|Drawings of Jules David and Gustave Doré where the line and the detail line are imposed but full of movement and expressiveness.|
|Works of the greatFrench painter Honoré Daumier that shows us that also with the stain can be drawn.
The color is in my opinion the most important element of the painting since with it we can, in addition, add to the composition of the surface and draw by superimposing the different values and tones, transmit emotions and sensations just as it is done with music. About color there are also numerous treatises and books that can help us understand its complexity (I suggest “Betty Edwards’s color,” author’s book “Drawing with the right side of the brain”, which I also recommend). In this writing I do not pretend nor am I qualified to delve into this complex subject, but briefly expose some rather less technical concepts that can help you to distinguish how to value and see the quality or not of a work of art.
|1 2 3
Simultaneous colors. The same blue box has noticeable variations of brightness if it is surrounded by different colors. Even the size of the blue square (2) seems larger than the others.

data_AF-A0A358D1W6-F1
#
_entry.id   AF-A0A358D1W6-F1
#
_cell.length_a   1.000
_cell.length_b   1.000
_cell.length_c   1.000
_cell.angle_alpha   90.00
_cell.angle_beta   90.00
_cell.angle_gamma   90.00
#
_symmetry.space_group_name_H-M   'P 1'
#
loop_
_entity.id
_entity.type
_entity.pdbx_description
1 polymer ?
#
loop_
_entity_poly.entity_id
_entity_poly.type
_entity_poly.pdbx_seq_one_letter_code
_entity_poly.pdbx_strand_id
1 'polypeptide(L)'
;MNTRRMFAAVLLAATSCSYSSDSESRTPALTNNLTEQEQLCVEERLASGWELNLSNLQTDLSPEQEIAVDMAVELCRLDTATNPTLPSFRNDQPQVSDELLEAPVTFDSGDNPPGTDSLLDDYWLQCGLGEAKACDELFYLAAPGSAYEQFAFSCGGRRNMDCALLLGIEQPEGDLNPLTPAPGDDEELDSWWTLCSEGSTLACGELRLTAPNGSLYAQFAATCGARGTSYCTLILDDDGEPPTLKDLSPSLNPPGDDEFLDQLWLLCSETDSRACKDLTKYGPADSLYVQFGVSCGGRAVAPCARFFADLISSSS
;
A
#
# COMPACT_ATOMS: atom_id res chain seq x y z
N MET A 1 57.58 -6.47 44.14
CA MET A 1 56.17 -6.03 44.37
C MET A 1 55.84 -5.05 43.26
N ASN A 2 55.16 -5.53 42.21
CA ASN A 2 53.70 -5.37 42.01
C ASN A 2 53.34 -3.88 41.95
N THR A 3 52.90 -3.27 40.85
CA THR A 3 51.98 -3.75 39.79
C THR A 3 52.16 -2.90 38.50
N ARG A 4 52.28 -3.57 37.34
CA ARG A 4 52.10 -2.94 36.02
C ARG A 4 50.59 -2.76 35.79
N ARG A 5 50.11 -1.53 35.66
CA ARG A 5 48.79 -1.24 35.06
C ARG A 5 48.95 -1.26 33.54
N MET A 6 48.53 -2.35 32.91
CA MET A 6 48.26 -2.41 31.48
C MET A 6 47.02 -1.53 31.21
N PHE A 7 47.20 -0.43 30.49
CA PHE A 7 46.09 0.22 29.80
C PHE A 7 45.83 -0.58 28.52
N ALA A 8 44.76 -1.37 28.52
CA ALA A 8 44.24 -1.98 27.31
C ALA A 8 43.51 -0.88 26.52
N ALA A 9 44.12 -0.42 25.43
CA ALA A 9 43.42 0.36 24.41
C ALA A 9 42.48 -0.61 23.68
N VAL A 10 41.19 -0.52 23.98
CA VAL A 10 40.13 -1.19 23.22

Although the color is very subjective, there are also rules that explain what are the relationships between colors that are harmonious or not, but since these combinations are infinite it is impossible to summarize them, anyway I have told you that all these theories you can find ind in the extensive literature that has been written about this exciting subject. I think there is no recipe for creating something beautiful and therefore it is very difficult to explain how colors should be arranged on a surface so that they are beautiful. Can anyone explain to us the reason for a good chord between notes of a melody? No, it is something beyond our senses that gives us the wisdom to discern the truly beautiful from the trivial. When one observes a work of art, one must look at it with the eyes of open emotion and, on the other hand, those of half reason closed, observe it without giving too much importance to the elements of the motif that compose it (if any). If we look at a tapestry, a print of a beautiful dress, a late afternoon after the rain or a sunset, we are not carefully observing the elements separately, but we delight in the set of colors and shapes as if it were a whole, And we exclaim: How beautiful! So we must observe a picture, the pretension of wanting to analyze everything, to look for imperfections, leads us to forget the work in a total way, thus losing the absolute perception that is the arrangement of colors and forms, which undoubtedly are the music of the painting . However this does not mean that we should not fix our attention, once we know how to “see” the whole, in the technical realization of the work. Maurice Denis, a young painter and theoretical follower of the group of the Nabis group led by Paul Gauguin tells us: Remember that a picture – before being a workhorse, a naked woman or any other anecdote – is essentially a colored surface and forms placed in a certain order!”.